I am the Juli Plant Grainger Associate Professor of Energy Economics and Policy at the Nicholas School of the Environment, Duke University. I am also the Associate Director for Educational Programs at the Duke University Energy Initiative. I also hold secondary appointments with the Sanford School of Public Policy and the Department of Economics at Duke. I received my Ph.D. in Public Policy from Harvard University in 2004, an M.A. in Economics from Yale in 1996 and an A.B. in Economics and Environmental Studies from Occidental College in 1995.
My research focuses on evaluating environmental policies and improving methods and techniques for incorporating evaluation into the regulatory process. While the field of policy evaluation is a broad one, my specific niche is in bringing rigorous quantitative methods to evaluate environmental policy innovations along four dimensions. (1) Evaluating the effectiveness of environmental and energy policies and programs. This line of research uses statistical analysis to estimate the extent to which environmental and energy policies such as information disclosure, management-based regulations, and demand-side management programs actually improve corporate environmental/energy performance, change household behavior, or improve individual environmental health indicators. (2) Evaluating strategic behavioral responses to non-traditional regulatory regimes. Environmental policies create incentives and in responding to these incentives, regulated entities sometimes behave strategically in ways that undermine program effectiveness. This line of research seeks to illuminate these strategic behavioral responses and quantify the magnitude of their impact. (3) Assessing the distributional impacts of these new regulatory regimes. My research in this area evaluates whether innovations in regulatory policy result in uneven distribution of environmental impacts on lower income or minority communities. (4) Designing policies to learn and adapt over time. Many environmental and energy issues are highly dynamic–the risk profile may be uncertain and the benefits profile from regulation may also be uncertain. Moreover, changing technologies and ongoing research may reveal more information about risks and benefits over time. This line of research examines the ways in which regulatory systems can be designed to be more adaptive.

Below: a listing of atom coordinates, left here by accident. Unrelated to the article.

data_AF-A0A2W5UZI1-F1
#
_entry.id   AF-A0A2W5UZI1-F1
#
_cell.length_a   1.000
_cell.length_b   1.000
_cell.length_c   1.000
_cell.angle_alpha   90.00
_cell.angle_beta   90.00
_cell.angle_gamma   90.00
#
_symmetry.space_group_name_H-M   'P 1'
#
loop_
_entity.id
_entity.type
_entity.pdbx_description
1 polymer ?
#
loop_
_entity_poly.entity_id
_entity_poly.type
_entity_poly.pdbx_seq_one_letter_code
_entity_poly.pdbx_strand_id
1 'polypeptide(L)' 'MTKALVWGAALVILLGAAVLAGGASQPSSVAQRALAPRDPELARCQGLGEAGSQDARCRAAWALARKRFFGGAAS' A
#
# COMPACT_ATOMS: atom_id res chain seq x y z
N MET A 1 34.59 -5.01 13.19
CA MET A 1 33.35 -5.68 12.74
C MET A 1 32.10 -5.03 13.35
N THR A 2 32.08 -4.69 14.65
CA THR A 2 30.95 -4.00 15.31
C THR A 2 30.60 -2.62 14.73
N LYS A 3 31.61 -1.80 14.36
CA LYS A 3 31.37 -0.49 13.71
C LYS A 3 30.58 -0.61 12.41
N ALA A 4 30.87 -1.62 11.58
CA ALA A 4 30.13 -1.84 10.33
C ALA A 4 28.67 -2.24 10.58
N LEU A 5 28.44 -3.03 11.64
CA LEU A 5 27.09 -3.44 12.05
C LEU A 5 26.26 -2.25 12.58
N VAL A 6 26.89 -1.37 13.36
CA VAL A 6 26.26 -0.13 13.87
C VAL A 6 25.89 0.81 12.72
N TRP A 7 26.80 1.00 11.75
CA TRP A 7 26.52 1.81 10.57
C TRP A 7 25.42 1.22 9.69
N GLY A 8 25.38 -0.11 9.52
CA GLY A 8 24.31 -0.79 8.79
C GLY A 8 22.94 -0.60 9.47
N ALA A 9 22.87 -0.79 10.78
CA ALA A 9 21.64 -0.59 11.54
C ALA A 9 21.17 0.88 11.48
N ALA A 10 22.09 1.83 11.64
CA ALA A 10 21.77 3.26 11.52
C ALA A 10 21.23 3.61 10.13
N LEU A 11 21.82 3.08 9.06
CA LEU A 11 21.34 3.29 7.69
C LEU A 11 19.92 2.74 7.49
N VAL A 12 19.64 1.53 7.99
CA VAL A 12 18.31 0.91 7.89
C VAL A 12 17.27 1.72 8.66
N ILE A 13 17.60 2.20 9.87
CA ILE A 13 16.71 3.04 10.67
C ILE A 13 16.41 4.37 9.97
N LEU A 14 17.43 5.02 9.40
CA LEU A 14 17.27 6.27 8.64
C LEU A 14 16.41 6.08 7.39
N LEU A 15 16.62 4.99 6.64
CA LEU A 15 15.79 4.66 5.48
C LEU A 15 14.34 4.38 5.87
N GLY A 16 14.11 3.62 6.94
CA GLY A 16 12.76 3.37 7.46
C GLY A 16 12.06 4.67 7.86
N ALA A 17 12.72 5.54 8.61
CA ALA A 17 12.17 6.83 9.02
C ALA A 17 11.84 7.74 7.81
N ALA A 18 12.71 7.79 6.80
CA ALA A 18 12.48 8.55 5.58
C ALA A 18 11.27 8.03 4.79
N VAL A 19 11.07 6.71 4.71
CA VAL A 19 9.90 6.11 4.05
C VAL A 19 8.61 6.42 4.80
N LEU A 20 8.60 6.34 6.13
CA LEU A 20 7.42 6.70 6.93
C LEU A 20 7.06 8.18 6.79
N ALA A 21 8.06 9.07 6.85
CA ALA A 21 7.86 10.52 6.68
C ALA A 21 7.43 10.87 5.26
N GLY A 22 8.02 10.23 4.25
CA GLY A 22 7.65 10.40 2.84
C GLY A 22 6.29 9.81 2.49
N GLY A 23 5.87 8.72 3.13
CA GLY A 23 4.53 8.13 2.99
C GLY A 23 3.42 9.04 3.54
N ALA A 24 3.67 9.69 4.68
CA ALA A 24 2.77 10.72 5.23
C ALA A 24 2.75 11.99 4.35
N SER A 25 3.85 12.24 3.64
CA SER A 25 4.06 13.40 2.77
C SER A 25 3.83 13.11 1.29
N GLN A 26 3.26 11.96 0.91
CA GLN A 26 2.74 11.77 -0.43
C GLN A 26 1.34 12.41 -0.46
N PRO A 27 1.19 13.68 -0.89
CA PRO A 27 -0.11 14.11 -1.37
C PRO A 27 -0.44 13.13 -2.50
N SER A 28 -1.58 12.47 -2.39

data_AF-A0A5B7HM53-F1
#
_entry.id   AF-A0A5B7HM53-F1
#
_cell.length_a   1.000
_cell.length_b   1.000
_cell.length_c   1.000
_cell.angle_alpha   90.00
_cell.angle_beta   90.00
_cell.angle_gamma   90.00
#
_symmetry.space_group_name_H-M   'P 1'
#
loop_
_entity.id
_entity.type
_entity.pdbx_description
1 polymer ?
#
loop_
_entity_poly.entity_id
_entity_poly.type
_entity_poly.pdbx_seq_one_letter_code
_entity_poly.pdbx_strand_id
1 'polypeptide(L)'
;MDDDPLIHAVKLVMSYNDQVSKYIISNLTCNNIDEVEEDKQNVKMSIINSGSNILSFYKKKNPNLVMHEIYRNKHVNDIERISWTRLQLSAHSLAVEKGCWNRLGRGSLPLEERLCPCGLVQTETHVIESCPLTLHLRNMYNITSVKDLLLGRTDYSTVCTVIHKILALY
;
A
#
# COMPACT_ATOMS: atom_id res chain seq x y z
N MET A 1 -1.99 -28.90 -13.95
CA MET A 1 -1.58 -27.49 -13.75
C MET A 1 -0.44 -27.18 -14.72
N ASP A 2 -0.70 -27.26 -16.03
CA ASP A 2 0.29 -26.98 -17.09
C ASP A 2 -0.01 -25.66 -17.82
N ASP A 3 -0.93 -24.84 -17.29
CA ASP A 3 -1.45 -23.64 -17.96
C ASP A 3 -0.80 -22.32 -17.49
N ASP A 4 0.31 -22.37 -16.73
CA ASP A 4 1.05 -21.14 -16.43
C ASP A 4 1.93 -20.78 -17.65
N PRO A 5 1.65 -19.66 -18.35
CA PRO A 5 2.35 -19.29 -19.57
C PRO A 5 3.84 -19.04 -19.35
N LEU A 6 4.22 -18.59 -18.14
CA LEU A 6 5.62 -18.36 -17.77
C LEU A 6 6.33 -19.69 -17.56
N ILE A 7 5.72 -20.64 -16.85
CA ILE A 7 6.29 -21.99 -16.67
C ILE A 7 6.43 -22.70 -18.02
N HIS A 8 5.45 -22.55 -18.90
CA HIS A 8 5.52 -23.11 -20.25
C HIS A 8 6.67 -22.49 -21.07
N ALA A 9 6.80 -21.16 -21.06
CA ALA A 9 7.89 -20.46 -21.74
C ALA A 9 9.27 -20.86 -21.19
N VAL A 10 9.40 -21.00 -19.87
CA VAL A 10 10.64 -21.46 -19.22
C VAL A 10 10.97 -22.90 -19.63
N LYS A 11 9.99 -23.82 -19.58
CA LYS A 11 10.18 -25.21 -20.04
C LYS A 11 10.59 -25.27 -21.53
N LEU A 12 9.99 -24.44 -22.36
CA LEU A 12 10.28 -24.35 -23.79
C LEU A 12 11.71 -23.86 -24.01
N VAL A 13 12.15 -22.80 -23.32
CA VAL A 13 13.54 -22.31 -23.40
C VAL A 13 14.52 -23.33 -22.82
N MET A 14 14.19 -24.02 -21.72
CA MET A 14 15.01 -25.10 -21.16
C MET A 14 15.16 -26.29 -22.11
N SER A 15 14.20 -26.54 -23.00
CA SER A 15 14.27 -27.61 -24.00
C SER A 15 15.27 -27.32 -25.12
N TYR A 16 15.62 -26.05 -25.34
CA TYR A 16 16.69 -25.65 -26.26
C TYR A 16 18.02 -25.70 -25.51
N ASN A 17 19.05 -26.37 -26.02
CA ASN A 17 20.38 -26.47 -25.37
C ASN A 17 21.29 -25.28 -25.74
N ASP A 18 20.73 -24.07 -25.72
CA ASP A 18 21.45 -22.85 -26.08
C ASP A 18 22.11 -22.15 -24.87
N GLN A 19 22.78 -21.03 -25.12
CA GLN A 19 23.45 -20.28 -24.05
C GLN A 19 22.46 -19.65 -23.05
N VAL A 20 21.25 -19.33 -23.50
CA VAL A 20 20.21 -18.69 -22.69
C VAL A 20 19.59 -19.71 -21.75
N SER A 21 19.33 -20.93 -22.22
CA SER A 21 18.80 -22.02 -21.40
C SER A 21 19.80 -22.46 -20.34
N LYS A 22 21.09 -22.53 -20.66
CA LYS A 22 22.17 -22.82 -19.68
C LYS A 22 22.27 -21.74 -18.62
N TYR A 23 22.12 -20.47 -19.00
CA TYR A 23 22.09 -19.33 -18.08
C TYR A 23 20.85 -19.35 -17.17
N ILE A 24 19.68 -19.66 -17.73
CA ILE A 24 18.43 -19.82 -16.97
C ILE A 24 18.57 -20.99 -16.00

My research has been supported by grants from the National Science Foundation, the U.S. Environmental Protection Agency, and the U.S. Department of Agriculture, and National Oceanic and Atmospheric Administration.